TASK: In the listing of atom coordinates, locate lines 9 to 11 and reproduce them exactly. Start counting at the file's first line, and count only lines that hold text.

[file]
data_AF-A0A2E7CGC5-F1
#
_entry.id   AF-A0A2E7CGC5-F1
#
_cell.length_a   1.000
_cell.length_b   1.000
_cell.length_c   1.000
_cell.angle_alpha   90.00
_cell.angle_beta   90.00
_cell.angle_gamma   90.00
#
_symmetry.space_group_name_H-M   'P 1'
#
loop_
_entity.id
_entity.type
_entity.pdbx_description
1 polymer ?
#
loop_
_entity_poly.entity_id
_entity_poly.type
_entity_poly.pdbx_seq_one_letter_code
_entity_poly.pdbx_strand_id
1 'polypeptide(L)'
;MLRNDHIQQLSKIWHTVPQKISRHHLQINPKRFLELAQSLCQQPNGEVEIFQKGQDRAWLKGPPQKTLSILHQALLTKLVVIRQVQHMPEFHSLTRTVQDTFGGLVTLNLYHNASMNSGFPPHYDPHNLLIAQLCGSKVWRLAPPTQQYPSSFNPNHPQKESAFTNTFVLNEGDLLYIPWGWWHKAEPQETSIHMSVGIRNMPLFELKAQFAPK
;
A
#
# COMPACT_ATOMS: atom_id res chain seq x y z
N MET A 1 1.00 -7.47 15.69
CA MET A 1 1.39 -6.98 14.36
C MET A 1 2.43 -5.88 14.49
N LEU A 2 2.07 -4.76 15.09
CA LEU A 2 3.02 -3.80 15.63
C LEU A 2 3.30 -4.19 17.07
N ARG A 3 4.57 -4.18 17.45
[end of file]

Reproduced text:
_cell.angle_beta   90.00
_cell.angle_gamma   90.00
#